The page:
Skelton v. London and North Western Ry. Co. ( (1867) L.R. 2 C.P. 631) distinguished; in that case, the plaintiff failed by reason of his contributory negligence.
APPEAL from the decision of the Court of Appeal for British Columbia, affirming the judgment of the trial court, Morrison J. with a jury, and dismissing the appellant's action for damages.
The material facts of the case are fully stated in the judgment now reported.
R. S. Robertson, K.C., for the appellant.
A. MacMurchy, K.C., and H. J. Dempsey for the respondent.
The judgment of the court was delivered by
NEWCOMBE J.—The action was brought on 17th May, 1928, to recover compensation for injuries which the plaintiff suffered in an accident which occurred on the defendant company's railway, at or near Piapot Station, in Alberta, on 28th March, 1919, when the plaintiff, then a boy of nine years, was crossing the continent as an immigrant, with his mother, in one of the defendant's vestibuled trains. While the train was approaching the station the boy went to the rear end of the car in which he was riding, and, according to the evidence which the jury accepts, just as he was stepping from the passage to the platform, and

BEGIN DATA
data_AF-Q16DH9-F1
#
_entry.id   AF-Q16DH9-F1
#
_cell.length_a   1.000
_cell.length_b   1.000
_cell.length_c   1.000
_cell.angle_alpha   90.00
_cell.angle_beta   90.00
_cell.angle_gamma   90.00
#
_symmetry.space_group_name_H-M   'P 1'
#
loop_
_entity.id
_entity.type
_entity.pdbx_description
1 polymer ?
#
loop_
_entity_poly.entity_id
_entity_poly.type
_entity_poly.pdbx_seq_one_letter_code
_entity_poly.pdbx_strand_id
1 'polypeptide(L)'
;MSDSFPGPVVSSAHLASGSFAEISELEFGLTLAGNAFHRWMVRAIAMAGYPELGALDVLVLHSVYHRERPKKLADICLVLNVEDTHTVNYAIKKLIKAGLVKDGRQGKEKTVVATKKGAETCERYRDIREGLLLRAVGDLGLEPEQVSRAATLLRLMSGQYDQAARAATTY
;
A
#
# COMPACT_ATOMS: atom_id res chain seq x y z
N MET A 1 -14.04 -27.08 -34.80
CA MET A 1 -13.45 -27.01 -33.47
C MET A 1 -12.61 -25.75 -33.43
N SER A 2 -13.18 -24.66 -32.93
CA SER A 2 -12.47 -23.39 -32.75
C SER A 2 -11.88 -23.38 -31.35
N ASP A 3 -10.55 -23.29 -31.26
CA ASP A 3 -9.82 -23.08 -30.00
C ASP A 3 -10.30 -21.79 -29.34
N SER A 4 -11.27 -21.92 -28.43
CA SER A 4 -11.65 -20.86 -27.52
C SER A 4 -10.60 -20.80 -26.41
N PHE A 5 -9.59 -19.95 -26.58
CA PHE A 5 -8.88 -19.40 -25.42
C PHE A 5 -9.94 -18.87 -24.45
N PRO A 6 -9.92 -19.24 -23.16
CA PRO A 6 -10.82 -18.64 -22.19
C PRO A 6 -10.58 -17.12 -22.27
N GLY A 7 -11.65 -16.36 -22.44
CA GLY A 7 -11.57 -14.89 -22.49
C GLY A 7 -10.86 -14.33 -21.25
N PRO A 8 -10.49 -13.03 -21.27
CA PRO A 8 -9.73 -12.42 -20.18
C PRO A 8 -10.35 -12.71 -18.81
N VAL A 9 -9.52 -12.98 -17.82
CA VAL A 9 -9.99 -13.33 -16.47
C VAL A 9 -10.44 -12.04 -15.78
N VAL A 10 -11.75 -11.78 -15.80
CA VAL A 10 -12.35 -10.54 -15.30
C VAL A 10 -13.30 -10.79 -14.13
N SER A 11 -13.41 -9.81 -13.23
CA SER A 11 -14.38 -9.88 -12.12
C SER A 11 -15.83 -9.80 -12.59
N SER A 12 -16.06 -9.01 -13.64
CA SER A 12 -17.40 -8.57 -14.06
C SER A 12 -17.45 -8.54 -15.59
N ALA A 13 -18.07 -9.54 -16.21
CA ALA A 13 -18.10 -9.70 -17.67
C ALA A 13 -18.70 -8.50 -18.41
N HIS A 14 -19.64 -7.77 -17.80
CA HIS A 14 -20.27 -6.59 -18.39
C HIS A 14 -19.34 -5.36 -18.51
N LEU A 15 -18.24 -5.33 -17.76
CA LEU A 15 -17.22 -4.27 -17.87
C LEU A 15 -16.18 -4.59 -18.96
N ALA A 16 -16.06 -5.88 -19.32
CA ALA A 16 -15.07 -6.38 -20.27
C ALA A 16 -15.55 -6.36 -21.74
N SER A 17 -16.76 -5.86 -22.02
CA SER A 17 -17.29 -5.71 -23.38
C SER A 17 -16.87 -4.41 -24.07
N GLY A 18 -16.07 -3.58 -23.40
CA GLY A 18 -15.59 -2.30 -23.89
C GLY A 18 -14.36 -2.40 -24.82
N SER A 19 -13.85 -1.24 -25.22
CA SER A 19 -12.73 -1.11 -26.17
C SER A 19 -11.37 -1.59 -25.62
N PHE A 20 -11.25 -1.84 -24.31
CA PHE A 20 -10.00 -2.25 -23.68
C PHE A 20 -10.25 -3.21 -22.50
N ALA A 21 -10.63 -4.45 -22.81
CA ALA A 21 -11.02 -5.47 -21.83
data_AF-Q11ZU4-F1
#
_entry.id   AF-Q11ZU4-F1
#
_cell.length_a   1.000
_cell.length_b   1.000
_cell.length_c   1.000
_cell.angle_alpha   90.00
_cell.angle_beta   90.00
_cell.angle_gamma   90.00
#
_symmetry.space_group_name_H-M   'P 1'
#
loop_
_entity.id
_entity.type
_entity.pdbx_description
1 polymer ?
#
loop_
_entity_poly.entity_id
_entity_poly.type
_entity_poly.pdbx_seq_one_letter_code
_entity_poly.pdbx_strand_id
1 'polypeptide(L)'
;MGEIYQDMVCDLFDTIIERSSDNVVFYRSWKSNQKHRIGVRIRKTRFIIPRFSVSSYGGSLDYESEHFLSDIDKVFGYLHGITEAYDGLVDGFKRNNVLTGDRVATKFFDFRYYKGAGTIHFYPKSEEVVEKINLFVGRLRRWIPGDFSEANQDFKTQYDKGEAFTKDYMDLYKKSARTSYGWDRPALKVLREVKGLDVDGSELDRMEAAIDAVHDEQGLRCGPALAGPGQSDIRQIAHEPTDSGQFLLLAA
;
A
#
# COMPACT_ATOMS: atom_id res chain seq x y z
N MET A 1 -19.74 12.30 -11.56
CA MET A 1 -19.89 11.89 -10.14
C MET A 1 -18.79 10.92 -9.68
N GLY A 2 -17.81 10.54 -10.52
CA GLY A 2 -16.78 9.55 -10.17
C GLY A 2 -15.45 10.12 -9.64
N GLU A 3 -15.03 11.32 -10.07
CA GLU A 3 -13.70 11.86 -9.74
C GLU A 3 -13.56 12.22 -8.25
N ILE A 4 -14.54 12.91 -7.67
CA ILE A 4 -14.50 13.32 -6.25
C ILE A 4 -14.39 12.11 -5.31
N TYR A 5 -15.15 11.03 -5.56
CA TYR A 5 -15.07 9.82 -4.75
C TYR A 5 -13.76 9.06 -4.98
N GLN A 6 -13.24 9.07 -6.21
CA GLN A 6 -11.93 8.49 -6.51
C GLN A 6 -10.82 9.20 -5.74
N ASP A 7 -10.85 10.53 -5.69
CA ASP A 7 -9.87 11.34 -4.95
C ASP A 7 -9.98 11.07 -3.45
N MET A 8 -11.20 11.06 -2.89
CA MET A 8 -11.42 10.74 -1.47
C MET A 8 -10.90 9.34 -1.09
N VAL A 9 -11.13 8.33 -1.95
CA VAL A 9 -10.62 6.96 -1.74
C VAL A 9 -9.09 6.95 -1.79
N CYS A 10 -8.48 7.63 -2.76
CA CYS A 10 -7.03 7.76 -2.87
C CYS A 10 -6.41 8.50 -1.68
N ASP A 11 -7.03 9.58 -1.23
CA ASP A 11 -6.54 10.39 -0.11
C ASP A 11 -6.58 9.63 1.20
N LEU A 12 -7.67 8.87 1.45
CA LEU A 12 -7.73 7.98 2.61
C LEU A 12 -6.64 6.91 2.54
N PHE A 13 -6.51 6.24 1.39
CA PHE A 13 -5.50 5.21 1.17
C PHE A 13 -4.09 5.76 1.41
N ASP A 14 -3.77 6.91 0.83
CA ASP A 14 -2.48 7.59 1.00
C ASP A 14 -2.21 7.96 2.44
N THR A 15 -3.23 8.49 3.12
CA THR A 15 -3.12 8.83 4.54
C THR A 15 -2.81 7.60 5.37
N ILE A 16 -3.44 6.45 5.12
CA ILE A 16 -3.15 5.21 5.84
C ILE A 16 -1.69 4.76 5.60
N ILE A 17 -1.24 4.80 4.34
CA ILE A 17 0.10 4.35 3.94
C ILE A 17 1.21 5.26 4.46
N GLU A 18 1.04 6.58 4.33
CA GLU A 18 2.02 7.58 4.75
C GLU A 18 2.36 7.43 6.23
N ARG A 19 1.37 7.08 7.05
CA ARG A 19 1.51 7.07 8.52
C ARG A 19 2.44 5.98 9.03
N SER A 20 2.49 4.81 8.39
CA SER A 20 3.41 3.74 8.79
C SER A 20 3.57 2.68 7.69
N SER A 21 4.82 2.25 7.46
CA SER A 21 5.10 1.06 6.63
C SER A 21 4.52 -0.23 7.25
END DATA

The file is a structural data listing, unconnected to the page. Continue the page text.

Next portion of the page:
while his hand was on the door, there came a sudden jerk of the car, in consequence of which the boy was thrown to the platform and, the vestibule door being open, down the steps to the ground, where his legs, unfortunately, came under the wheels, and it was found necessary, by reason of his injuries, to amputate his right leg at or just above the knee, and his left foot above the ankle.
The case was tried on 25th November, 1928, before Morrison J., with a jury. Questions were submitted by the learned judge, and these, with the answers returned by the jury, are as follows:
Q. Was the defendant guilty of negligence?—A. Yes.
Q. And if so, what was it?—A. The exits of the train not properly safeguarded.
Q. Was the plaintiff guilty of negligence?—A. No.
Q. What was the proximate cause of the accident?—A. Falling off the train.
Q. Damages, if any—A. $10,000.
There is no objection that the charge was unfavourable to the defendant.
After the conclusion of the evidence, the defendant's counsel had moved to dismiss the action; judgment upon this motion had been reserved until after the verdict, and, on 19th January, 1929, the learned judge having in the interval considered the matter, directed the dismissal of the action. He reviewed the evidence and expressed his conclusion as follows: